Pecking Order Theory: Evidence from Malaysia and Thailand Food and Beverages Industry

Wahida Ahmad, Noor Azillah Mohamad Ali


Capital structure decision is crucial for a firm to ensure credit is not a threat to a firm, instead it acts as a boosting factor for the company growth and survival. Companies commonly refer to the two competing theory, the pecking order theory and the trade-off theory in determining their optimal capital structure. The comparative study is to find evidence of the application of the pecking order theory in food and beverages industry in two countries, Malaysia and Thailand. The paper includes five explanatory variables in determining companies leverage; which are profitability, asset tangibility, growth opportunity, firm size, and liquidity level. Employing the unbalanced panel data, the study estimates the random effect model for Malaysia and the fixed effect model for Thailand. The study covers ten (10) years period from 2004 to 2013 of 37 Malaysian F&B companies and 38 Thailand F&B companies, all are publicly listed in the Bursa Malaysia and the Stock Exchange of Thailand respectively. The results find evidences of the pecking order theory application in both countries. Except for asset tangibility and growth opportunity, findings for Malaysia and Thailand are relatively similar.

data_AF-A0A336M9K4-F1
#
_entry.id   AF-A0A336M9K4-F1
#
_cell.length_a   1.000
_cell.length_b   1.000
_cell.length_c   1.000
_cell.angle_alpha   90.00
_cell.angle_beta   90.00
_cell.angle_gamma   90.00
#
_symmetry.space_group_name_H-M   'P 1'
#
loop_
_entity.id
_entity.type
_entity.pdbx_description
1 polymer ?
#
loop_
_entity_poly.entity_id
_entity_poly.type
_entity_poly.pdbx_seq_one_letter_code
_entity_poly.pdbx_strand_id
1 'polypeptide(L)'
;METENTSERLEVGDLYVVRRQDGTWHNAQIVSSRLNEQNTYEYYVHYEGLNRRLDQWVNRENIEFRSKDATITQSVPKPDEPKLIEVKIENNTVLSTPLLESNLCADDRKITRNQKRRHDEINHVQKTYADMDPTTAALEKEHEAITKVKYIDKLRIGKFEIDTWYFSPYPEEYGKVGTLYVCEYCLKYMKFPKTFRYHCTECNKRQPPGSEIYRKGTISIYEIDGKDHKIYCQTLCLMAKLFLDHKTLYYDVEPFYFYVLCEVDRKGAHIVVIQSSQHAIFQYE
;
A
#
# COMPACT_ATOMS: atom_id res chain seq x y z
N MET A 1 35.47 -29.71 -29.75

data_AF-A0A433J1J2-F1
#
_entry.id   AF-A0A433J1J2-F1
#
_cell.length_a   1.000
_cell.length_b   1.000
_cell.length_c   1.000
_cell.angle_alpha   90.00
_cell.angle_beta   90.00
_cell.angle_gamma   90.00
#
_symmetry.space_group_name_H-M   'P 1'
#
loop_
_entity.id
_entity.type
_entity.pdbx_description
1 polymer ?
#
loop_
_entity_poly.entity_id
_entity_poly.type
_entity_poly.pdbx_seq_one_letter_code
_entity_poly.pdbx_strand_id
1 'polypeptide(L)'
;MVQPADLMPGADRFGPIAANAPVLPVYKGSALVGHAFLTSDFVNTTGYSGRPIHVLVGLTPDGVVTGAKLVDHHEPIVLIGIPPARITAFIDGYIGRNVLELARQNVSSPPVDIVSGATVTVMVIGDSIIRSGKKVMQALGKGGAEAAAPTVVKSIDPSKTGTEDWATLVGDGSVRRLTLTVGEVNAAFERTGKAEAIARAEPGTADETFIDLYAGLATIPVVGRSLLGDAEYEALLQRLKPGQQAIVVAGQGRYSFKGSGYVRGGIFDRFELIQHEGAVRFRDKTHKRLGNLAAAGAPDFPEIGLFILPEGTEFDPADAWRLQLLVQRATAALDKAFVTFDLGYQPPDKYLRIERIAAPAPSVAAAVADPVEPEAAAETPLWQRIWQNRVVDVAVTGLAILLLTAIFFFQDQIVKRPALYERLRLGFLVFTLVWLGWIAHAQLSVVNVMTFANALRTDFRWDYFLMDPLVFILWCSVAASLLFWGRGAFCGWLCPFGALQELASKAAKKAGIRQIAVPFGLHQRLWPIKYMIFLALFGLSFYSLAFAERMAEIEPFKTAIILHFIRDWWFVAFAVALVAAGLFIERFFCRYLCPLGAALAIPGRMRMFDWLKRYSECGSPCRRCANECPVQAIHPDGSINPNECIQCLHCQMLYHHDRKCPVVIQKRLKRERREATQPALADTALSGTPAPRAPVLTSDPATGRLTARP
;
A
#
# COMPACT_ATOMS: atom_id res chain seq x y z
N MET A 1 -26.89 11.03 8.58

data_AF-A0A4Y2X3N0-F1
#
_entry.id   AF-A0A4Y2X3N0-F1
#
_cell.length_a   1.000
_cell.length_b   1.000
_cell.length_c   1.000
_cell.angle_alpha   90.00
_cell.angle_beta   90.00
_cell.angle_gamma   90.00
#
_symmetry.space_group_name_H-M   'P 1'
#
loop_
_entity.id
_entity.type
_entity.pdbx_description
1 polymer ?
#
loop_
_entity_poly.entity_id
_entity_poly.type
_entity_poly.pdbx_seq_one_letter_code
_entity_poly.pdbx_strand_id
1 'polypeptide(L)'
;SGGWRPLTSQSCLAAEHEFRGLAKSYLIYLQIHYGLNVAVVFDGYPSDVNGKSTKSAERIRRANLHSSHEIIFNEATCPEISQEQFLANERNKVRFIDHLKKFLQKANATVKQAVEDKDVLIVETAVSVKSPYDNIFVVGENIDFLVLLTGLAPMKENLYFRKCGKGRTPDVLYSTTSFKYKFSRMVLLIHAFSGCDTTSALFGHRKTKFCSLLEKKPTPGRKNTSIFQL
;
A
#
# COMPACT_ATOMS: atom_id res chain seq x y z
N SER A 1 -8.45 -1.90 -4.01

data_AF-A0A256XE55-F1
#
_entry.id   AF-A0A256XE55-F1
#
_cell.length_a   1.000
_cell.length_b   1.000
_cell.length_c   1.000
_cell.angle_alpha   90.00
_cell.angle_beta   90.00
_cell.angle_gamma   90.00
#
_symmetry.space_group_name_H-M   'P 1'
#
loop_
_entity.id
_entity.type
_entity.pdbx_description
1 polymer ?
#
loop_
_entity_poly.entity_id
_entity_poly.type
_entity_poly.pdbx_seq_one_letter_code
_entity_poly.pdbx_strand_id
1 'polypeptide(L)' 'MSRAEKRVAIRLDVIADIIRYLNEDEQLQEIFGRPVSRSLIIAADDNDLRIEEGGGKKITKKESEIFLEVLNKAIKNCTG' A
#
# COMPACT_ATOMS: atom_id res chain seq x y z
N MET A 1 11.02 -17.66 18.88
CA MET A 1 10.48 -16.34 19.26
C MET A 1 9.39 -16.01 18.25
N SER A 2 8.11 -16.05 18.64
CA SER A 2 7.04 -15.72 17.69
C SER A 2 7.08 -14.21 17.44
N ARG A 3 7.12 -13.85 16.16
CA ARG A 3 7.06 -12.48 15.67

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Copyright (c) 2017 Wahida Ahmad, Noor Azillah Mohamad Ali

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Universiti Teknologi MARA Cawangan Perlis